by Elin Hilderbrand


June / July


Nantucket: the name of the island brought to mind rolling surf, cobblestone streets, the brick mansions of whaling captains, a battered Jeep Wrangler with a surfboard strapped to the roll bars. It brought to mind cocktail parties on undulating green lawns, investment bankers wearing faded red slacks and dock shoes without socks, a towheaded little girl holding a grape popsicle that dripped down the front of her seersucker dress. Nantucket: it was the land of wealth and privilege, a summer playground for those with a certain prep-school, old-money, I-used-to-row-with-him-on-the-Charles type of pedigree.

So few outsiders (and by “outsiders,” we meant everyone from the casual day-tripper from West Bridgewater to Monica “Muffy” Duncombe-Cabot, who had been summering on the island since she was in utero in 1948) understood that Nantucket was a real place, populated by real people. Like anywhere else, it was home to doctors and taxi drivers and a police chief and plumbers and dishwashers and insurance agents. It was home to mechanics and physical therapists and schoolteachers and bartenders. They were the real Nantucket: the ministers and the garbage collectors and the housewives and the members of the crew that filled in the potholes on Surfside Road.

Nantucket High School had a senior class of seventy-seven students graduating on June 16. This turned out to be one of the first balmy days of the year—warm enough to sit on the football field and wish that you, like Garrick Murray’s grandmother, had worn a wide-brimmed straw hat.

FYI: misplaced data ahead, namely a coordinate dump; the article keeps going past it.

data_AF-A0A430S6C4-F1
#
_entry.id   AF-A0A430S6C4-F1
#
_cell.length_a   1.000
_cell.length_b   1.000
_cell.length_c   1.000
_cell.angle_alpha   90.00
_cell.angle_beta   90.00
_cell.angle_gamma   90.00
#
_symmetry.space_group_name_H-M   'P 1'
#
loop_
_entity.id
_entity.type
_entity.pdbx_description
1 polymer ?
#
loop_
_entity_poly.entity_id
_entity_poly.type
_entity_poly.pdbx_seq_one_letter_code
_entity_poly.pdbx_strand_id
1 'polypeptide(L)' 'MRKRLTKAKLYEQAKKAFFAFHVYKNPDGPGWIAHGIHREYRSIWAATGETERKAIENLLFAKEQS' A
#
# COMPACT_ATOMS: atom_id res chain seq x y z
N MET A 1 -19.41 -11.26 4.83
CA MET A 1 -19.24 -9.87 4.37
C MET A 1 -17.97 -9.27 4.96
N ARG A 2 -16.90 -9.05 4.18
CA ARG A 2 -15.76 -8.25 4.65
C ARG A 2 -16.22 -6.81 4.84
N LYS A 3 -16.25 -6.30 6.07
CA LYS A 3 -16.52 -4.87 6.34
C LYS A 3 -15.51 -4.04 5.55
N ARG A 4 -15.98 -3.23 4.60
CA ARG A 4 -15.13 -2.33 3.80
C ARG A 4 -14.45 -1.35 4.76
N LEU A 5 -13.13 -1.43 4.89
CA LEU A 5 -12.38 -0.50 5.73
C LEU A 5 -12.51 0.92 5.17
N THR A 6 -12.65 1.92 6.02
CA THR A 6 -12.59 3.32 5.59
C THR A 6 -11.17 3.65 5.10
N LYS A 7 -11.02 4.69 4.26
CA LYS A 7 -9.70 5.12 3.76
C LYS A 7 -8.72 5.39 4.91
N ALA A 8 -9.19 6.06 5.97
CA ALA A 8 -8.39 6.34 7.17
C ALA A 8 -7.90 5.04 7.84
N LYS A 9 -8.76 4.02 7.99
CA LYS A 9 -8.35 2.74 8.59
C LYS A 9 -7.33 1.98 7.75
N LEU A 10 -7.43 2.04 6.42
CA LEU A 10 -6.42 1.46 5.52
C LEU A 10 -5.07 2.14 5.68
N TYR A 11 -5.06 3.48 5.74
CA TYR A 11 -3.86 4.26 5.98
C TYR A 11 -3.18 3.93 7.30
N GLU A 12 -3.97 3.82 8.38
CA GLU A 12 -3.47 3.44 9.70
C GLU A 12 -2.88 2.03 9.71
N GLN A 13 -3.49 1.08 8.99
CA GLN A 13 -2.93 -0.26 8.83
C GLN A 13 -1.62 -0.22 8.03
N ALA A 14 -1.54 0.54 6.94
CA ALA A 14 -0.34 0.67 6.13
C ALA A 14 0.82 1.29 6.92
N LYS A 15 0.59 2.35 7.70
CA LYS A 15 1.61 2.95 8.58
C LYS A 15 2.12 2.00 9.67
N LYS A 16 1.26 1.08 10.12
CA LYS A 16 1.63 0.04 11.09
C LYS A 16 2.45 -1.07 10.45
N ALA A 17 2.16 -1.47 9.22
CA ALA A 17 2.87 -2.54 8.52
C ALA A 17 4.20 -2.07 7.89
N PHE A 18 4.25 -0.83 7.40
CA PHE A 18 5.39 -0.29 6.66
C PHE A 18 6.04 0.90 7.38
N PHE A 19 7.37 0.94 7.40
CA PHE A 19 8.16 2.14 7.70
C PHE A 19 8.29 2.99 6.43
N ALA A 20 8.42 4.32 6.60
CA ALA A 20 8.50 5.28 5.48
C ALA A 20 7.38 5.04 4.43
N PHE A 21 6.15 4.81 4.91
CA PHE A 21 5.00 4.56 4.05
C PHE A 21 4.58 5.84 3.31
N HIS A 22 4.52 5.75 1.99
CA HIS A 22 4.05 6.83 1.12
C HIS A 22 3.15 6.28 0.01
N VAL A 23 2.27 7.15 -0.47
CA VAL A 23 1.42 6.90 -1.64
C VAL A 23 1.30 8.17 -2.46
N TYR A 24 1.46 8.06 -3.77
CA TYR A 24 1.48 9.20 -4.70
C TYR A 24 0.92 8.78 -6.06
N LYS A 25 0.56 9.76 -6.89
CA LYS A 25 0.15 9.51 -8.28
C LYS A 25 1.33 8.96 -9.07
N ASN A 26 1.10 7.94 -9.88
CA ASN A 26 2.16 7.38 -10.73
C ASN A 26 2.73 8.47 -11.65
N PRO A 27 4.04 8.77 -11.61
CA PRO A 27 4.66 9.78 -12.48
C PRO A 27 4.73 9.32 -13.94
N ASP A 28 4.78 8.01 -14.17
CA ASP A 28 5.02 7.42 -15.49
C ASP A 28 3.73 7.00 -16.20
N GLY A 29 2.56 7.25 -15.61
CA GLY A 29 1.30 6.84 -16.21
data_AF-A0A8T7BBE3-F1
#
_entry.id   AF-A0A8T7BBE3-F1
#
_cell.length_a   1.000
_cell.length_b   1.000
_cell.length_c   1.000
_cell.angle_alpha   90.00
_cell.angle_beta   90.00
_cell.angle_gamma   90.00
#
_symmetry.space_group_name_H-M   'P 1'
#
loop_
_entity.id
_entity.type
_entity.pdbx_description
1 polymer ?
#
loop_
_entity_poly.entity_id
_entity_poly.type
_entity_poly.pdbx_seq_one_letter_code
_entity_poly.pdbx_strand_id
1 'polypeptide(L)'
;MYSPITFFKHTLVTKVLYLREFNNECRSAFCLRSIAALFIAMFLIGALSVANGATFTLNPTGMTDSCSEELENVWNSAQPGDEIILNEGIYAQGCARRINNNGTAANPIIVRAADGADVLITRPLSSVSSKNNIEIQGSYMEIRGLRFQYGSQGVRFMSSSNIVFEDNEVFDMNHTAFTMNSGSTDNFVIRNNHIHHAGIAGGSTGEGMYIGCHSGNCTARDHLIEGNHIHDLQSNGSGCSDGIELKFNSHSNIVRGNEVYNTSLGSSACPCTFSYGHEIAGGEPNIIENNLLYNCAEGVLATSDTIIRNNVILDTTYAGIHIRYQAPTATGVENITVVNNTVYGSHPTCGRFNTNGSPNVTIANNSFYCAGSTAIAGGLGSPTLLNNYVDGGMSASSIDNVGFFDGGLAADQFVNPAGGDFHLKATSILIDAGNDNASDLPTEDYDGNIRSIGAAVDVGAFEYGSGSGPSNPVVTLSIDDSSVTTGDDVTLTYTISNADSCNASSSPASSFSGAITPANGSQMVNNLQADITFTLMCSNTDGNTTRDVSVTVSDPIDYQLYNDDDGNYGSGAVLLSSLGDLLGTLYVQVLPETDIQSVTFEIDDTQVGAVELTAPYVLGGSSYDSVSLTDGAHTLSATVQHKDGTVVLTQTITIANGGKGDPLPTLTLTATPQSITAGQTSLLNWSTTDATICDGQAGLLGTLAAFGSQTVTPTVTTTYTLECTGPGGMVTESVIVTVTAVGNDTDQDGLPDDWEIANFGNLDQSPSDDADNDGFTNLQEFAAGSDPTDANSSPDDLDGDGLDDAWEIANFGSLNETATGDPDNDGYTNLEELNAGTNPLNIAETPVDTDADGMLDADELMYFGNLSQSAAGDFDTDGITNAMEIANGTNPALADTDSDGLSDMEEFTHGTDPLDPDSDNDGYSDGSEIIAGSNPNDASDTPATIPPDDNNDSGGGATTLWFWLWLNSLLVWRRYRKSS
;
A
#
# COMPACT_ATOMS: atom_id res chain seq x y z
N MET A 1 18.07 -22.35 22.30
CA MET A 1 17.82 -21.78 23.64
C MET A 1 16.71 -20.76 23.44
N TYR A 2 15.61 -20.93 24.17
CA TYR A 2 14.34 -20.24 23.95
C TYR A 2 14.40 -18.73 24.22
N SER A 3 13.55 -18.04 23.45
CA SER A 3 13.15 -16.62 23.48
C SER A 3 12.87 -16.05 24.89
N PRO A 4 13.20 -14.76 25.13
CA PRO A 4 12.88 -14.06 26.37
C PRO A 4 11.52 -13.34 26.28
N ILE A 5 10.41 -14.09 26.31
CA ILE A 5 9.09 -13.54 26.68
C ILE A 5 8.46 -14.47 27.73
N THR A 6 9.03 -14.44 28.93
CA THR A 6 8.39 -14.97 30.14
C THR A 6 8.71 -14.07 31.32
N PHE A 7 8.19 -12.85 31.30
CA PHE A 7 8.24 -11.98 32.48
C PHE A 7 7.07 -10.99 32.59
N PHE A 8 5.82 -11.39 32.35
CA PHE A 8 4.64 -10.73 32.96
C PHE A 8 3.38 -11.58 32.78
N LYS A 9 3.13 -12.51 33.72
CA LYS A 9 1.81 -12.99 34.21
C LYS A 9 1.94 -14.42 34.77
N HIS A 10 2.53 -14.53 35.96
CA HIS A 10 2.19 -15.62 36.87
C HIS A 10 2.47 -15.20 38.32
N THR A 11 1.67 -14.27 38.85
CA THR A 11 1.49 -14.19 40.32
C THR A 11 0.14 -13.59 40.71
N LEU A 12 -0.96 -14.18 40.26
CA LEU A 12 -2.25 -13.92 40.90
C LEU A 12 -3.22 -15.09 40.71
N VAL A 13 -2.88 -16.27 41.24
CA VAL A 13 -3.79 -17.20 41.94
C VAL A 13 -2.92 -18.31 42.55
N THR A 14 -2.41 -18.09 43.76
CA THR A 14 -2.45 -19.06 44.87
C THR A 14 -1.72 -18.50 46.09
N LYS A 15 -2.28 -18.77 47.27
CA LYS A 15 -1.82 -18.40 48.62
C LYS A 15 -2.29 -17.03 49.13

Up on the podium stood Penelope Alistair. Although she was only a junior, Penny had been asked to sing the National Anthem. Hers was the voice of Nantucket, her tone so pure and ethereal that she didn’t need any accompaniment. We mouthed the words along with her, but no one dared to sing out loud because no one wanted to hear any other voice than Penny’s.

When Penny finished singing, there was a beat of thrumming silence, and then we all cheered. The seniors, sitting in neat rows on a makeshift stage behind the podium, whooped until the tassels on their caps shimmied.

Penny sat down in the audience between her twin brother, Hobson Alistair, and her mother, Zoe. Two chairs away sat Penny’s boyfriend, Jake Randolph, who had attended the ceremony with his father, Jordan Randolph, publisher of the Nantucket Standard.

Patrick Loom, valedictorian of the senior class, took the podium, and some of us felt tears prick our eyes. Who among us didn’t remember Patrick Loom in his Boy Scout uniform, collecting money in a mayonnaise jar for the victims of Hurricane Katrina? These were our kids, Nantucket’s kids. This graduation, like other graduations, was part of our collective experience, our collective success.

Twenty-three of the seventy-seven graduating seniors had written a college essay entitled “What It’s Like Growing Up on an Island Thirty Miles Out to Sea.” These were kids who had been born at the Cottage Hospital; they had sand running through their veins. They were on intimate terms with Nor’easters and fog. They knew that north was marked by the Congregationalists, and south by the Unitarians. They lived in gray-shingled houses with white trim. They could distinguish bay scallops (small) from sea scallops (big). They had learned to drive on roads with no traffic lights, no off-ramps or on-ramps, no exits. They were safe from ax murderers and abductors and rapists and car thieves, as well as the more insidious evils of fast food and Walmart and adult bookstores and pawnshops and shooting ranges.